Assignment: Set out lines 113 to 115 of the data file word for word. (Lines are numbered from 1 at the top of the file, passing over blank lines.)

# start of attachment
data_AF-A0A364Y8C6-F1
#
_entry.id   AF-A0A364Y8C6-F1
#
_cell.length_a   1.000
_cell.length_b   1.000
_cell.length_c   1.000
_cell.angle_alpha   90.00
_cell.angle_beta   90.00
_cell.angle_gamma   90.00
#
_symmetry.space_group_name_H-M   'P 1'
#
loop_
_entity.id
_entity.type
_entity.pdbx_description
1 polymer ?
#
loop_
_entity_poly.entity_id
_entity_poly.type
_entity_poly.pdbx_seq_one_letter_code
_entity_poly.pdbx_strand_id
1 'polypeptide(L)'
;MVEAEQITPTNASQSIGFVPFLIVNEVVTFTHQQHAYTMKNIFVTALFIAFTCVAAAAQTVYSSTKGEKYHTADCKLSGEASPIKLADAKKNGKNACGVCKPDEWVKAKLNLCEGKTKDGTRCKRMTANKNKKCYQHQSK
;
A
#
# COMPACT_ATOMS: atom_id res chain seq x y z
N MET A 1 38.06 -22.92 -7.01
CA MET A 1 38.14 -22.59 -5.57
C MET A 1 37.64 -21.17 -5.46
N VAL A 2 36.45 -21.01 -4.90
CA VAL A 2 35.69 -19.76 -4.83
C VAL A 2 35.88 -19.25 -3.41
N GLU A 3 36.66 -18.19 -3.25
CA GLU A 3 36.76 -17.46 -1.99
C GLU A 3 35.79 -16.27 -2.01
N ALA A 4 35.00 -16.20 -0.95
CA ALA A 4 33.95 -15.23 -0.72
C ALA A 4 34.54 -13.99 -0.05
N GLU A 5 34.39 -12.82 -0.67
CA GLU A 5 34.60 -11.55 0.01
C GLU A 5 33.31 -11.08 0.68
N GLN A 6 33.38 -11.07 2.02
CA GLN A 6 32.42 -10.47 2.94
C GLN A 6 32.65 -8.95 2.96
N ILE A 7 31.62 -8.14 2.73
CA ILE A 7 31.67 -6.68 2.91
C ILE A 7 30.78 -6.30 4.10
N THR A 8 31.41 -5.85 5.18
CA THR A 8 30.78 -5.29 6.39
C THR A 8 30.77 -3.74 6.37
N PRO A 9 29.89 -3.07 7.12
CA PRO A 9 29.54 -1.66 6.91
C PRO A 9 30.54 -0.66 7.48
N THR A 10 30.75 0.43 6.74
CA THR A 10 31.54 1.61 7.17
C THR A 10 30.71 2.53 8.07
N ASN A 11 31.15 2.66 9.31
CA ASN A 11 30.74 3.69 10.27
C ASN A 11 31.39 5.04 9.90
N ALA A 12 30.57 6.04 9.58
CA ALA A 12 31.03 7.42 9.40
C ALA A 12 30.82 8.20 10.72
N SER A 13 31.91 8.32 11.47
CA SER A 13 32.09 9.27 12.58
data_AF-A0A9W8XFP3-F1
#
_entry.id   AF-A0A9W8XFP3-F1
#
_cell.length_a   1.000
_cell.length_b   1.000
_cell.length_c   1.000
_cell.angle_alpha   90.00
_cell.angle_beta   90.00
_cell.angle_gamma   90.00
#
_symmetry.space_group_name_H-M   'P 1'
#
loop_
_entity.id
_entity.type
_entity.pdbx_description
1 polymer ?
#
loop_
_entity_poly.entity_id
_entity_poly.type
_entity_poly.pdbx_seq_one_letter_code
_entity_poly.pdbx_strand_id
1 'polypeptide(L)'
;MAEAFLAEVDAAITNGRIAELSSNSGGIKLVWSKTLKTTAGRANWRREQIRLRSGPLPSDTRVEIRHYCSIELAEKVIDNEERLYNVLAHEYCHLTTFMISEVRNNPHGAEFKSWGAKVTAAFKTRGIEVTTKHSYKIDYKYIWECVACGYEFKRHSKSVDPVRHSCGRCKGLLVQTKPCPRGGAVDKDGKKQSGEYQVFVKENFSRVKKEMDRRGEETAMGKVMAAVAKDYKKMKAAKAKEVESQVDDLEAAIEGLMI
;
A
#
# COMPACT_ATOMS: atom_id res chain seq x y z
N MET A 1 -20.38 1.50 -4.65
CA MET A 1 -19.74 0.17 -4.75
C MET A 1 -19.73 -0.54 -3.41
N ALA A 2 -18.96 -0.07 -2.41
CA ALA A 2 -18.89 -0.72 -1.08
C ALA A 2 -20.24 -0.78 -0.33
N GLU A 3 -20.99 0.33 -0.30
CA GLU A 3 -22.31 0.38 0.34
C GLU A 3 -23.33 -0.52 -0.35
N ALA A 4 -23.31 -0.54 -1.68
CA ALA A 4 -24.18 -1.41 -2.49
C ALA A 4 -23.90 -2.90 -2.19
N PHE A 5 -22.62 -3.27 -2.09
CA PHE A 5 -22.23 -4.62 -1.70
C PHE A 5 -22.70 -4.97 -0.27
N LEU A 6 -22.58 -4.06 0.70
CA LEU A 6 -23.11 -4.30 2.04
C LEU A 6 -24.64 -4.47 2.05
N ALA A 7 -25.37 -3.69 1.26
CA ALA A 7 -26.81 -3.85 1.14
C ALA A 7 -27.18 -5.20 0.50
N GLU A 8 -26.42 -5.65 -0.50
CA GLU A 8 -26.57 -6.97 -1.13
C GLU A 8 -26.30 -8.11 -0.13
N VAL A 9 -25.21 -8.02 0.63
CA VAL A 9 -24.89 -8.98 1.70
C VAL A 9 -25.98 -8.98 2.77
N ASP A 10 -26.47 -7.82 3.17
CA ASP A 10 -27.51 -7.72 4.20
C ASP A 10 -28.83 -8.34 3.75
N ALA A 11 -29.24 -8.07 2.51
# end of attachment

C PHE A 5 -22.70 -4.97 -0.27
N LEU A 6 -22.58 -4.06 0.70
CA LEU A 6 -23.11 -4.30 2.04